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Development of two novel high-throughput assays to quantify ubiquitylated proteins in cell lysates: application to screening of new anti-malarials.

Mata-Cantero L, Cid C, Gomez-Lorenzo MG, Xolalpa W, Aillet F, Martín JJ, Rodriguez MS - Malar. J. (2015)

Bottom Line: The ubiquitin proteasome system (UPS) is one of the main proteolytical pathways in eukaryotic cells and plays an essential role in key cellular processes such as cell cycle, stress response, signal transduction, and transcriptional regulation.A panel of well-known proteasome inhibitors has been used to validate both technologies.This methodology is also applicable to other cellular contexts or pathologies.

View Article: PubMed Central - PubMed

Affiliation: Present address: Tres Cantos Medicines Development Campus, Diseases of the Developing World, GlaxoSmithKline, Severo Ochoa 2, Tres Cantos, 28760, , Madrid, Spain. lydia.c.mata@gsk.com.

ABSTRACT

Background: The ubiquitin proteasome system (UPS) is one of the main proteolytical pathways in eukaryotic cells and plays an essential role in key cellular processes such as cell cycle, stress response, signal transduction, and transcriptional regulation. Many components of this pathway have been implicated in diverse pathologies including cancer, neurodegeneration and infectious diseases, such as malaria. The success of proteasome inhibitors in clinical trials underlines the potential of the UPS in drug discovery.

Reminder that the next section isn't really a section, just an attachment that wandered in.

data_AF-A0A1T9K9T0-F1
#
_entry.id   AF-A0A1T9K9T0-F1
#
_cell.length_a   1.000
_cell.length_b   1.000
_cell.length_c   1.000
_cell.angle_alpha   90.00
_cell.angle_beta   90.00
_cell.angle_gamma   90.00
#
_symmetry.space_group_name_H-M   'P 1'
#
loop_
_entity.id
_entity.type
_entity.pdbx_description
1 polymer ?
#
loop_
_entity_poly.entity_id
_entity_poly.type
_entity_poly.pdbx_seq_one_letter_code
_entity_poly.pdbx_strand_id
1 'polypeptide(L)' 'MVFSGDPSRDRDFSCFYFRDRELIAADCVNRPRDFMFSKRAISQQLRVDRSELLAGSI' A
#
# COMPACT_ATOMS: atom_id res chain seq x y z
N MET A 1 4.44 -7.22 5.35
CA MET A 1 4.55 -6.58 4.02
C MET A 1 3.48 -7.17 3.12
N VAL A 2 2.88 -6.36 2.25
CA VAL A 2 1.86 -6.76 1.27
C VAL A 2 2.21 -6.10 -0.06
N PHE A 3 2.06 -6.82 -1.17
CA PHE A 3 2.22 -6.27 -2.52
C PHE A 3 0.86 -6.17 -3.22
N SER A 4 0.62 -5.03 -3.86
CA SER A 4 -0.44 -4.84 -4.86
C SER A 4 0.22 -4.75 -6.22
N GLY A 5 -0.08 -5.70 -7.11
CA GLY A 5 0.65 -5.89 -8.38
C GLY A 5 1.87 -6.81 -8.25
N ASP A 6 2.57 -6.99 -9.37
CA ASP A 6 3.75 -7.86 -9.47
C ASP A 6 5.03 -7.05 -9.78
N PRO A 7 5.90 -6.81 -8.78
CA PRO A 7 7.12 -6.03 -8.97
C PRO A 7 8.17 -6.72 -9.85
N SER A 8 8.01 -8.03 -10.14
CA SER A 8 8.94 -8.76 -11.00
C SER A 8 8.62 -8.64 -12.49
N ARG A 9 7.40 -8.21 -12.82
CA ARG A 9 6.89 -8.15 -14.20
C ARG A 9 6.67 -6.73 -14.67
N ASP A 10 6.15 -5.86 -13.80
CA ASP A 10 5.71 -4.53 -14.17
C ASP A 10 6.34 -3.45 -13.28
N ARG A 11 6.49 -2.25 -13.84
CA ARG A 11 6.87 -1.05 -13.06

Methods: Plasmodium falciparum, the malaria causative pathogen, has been used to develop two assays that allow the quantification of the parasite protein ubiquitylation levels in a high-throughput format that can be used to find new UPS inhibitors.

Results: In both assays tandem ubiquitin binding entities (TUBEs), also known as ubiquitin traps, have been used to capture ubiquitylated proteins from cell lysates. The primary assay is based on AlphaLISA technology, and the orthogonal secondary assay relies on a dissociation-enhanced lanthanide fluorescent immunoassay (DELFIA) system. A panel of well-known proteasome inhibitors has been used to validate both technologies. An excellent correlation was obtained between these biochemical assays and the standard whole cell assay that measures parasite growth inhibition.